Commentary

02.19.19

“Why Are Our Prisons So Overcrowded?” Asks Lawmaker As He Votes For Sentence Enhancement Bill

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Ohio Statehouse-to-Prison Pipeline

I wish this was a satirical headline published by The Onion. But it’s something we actually see and hear in the halls of the Statehouse from the officials we Ohioans have elected to represent us.

Because of policy decisions, our state’s incarceration rate has more than quadrupled since 1970. Like clockwork, at the beginning of each new session legislators talk a big talk about reform. But talk is cheap. Instead, year after year our legislators instead pass dozens of bills that take us in the opposite direction. In fact, our lobbyist counted each and every piece of legislation that flies in the face of criminal justice reform, and produced our new report on Ohio’s Statehouse-to-Prison Pipeline.

That is eight solid years of ignoring the problem. Eight solid years of children and families with loved ones in prison who shouldn’t be there. All while the system is housing 10,000 people over capacity.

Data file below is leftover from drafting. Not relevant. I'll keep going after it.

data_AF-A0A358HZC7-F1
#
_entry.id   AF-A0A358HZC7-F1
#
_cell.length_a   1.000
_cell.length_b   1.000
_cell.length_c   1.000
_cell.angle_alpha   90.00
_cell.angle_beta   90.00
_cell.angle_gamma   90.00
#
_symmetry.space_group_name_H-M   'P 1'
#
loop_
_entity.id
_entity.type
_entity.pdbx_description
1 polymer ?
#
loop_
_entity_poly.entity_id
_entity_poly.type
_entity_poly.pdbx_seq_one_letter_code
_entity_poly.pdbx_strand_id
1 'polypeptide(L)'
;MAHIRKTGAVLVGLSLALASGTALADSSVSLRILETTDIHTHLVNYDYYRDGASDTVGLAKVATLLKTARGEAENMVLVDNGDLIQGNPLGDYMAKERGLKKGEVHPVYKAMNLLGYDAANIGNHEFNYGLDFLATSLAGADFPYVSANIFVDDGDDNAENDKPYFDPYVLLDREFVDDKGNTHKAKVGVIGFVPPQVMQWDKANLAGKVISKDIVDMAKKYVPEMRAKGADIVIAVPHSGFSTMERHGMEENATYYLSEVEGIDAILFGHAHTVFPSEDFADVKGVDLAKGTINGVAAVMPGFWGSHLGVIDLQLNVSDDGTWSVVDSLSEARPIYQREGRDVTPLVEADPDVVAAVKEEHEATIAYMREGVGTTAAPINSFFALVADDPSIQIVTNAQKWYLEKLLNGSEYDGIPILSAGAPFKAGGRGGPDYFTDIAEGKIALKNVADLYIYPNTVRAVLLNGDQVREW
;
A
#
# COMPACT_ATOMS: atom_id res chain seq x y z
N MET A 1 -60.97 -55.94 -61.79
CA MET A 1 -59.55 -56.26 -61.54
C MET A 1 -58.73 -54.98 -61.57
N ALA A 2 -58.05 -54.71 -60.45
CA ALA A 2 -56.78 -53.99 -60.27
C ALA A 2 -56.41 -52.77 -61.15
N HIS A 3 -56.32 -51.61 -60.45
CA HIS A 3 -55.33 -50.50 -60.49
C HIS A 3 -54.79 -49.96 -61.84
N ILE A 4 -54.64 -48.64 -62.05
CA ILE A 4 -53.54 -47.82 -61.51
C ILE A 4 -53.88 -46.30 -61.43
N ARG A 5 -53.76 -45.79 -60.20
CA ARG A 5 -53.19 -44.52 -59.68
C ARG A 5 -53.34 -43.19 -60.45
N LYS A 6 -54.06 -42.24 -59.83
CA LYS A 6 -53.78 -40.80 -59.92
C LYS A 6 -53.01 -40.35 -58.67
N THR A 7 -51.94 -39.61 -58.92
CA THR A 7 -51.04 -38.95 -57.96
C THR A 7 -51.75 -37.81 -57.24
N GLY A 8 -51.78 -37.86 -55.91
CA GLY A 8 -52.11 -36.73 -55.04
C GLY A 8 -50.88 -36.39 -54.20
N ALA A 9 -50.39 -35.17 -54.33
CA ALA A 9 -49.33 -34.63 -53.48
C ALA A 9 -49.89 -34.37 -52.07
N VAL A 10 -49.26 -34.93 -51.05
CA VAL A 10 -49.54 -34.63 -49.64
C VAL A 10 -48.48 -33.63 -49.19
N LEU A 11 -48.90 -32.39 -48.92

This past session legislators introduced a whopping 137 bills – 12% of all bills introduced – that contained provisions to send more people to prison or jail. Of those 137 bills, 22 became law.

Statehouse-to-Prison Pipeline - Ohio House and Senate Stats (132nd OGA)

When pressed, legislators – of both parties – who introduce, sponsor, or vote for sentencing enhancement bills will often attempt to deflect criticism and concerns by saying the specific bill they support will have only a minimal negative impact on overcrowding and other problems. But all bills of this type contribute to the problem. It’s mass incarceration by a thousand cuts.

Legislators must stop the continuous pipeline of bills that put more and more people behind bars.

And, in addition to no longer introducing any bills that create new crimes or place additional penalties into state law, our leaders must push for common-sense, retroactive reforms that will affect the 49,000 Ohioans sitting in cages today.

The time to tinker with our prison system is over, and it has been for decades.

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